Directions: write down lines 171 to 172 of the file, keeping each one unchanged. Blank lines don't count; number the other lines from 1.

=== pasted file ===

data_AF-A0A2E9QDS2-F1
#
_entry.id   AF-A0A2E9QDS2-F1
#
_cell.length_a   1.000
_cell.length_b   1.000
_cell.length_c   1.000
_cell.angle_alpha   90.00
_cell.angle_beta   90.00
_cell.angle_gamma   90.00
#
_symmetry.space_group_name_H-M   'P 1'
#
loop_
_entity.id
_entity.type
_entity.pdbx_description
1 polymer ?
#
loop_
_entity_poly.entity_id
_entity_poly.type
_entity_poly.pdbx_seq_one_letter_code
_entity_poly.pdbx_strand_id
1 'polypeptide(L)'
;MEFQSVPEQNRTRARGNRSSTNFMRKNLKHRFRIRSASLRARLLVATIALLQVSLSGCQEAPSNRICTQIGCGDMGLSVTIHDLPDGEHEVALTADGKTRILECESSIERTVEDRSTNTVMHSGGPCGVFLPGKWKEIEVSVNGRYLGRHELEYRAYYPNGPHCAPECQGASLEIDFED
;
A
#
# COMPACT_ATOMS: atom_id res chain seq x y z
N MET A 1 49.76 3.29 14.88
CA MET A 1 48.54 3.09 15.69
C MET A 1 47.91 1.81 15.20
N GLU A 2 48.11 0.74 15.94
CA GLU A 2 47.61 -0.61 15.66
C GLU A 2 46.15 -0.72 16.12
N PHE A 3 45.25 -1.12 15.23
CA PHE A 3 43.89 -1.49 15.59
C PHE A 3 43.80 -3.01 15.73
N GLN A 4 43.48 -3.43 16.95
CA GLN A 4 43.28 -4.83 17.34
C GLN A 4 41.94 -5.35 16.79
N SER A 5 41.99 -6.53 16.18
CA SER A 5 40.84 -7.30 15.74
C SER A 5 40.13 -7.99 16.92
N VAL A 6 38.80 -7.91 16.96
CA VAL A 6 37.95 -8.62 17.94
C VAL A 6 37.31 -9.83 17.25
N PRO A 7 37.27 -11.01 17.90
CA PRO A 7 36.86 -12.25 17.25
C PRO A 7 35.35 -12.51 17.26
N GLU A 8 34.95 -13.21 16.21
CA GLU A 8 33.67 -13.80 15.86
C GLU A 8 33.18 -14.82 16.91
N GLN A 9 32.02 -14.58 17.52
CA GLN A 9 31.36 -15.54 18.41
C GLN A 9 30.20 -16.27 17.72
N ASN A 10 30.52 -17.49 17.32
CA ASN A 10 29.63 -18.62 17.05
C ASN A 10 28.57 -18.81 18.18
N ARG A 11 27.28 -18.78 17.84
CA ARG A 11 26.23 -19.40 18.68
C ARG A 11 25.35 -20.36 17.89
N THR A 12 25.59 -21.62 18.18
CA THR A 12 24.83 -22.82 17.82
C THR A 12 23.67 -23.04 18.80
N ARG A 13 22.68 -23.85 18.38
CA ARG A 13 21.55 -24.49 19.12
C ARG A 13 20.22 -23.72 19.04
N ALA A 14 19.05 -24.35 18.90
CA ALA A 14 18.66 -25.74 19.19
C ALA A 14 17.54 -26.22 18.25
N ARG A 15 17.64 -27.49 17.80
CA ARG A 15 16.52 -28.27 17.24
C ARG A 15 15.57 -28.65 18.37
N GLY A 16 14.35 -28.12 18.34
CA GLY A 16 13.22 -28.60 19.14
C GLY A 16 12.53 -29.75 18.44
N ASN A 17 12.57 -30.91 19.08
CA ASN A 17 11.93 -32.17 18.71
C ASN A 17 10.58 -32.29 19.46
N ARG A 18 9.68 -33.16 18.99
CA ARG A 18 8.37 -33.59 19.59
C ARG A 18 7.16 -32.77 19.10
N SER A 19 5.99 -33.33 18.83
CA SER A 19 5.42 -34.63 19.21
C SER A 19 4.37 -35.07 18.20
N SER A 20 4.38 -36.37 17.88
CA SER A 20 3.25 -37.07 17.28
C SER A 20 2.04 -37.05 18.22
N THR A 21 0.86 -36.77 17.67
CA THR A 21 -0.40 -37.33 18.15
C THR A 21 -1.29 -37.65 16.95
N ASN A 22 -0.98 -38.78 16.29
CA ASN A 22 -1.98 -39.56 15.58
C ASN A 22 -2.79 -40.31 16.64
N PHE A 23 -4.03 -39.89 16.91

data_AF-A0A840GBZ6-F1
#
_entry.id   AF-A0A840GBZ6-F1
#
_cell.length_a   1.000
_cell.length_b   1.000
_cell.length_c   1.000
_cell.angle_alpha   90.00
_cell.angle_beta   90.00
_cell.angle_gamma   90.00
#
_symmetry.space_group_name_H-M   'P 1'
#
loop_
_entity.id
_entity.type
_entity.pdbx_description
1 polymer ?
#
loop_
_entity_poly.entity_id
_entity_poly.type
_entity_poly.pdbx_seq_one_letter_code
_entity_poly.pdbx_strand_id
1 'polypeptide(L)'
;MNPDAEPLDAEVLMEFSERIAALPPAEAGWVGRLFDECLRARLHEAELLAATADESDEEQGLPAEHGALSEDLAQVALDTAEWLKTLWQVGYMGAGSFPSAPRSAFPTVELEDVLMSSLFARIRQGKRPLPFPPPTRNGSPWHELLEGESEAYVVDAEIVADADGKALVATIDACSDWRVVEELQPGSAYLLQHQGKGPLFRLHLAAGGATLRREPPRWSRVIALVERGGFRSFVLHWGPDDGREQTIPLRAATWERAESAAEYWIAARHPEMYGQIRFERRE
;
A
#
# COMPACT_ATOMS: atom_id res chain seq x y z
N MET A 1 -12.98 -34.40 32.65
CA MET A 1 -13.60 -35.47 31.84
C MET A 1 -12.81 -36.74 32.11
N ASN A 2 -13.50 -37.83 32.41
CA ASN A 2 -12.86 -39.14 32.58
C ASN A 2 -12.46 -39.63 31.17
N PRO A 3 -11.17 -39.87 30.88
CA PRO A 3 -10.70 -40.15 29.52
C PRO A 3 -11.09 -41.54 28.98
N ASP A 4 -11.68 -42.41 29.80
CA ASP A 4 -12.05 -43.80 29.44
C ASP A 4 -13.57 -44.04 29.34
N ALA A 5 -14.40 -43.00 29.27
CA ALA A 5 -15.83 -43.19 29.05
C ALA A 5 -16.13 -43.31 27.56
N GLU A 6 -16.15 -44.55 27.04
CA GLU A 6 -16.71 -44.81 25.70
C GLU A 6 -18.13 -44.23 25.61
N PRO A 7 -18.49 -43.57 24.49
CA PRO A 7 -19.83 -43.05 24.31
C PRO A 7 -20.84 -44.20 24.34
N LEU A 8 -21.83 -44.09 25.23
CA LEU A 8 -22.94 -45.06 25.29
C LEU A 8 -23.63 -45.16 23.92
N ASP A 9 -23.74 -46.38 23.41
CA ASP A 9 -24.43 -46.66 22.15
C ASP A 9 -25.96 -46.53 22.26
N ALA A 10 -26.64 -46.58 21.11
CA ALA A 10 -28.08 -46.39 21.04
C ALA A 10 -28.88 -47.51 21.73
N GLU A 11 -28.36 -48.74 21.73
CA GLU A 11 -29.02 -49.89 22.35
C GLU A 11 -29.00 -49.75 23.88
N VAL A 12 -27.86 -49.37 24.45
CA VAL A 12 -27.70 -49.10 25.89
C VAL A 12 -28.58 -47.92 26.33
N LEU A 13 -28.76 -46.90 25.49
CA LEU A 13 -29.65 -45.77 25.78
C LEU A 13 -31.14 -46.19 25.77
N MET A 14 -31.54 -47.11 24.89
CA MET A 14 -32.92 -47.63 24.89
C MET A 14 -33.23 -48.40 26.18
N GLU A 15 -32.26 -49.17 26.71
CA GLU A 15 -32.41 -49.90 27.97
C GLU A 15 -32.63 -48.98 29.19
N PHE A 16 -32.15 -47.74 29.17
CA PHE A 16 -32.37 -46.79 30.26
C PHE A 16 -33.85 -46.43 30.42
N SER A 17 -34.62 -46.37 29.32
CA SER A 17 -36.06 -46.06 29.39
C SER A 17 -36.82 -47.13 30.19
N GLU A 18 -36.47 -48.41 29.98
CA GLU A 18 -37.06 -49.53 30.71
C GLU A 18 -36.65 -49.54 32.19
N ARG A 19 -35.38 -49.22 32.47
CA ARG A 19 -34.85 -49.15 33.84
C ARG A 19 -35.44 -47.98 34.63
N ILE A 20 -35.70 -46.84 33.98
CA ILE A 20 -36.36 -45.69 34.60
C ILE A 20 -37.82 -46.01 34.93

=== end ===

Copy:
CA GLU A 15 -32.41 -49.90 27.97
C GLU A 15 -32.63 -48.98 29.19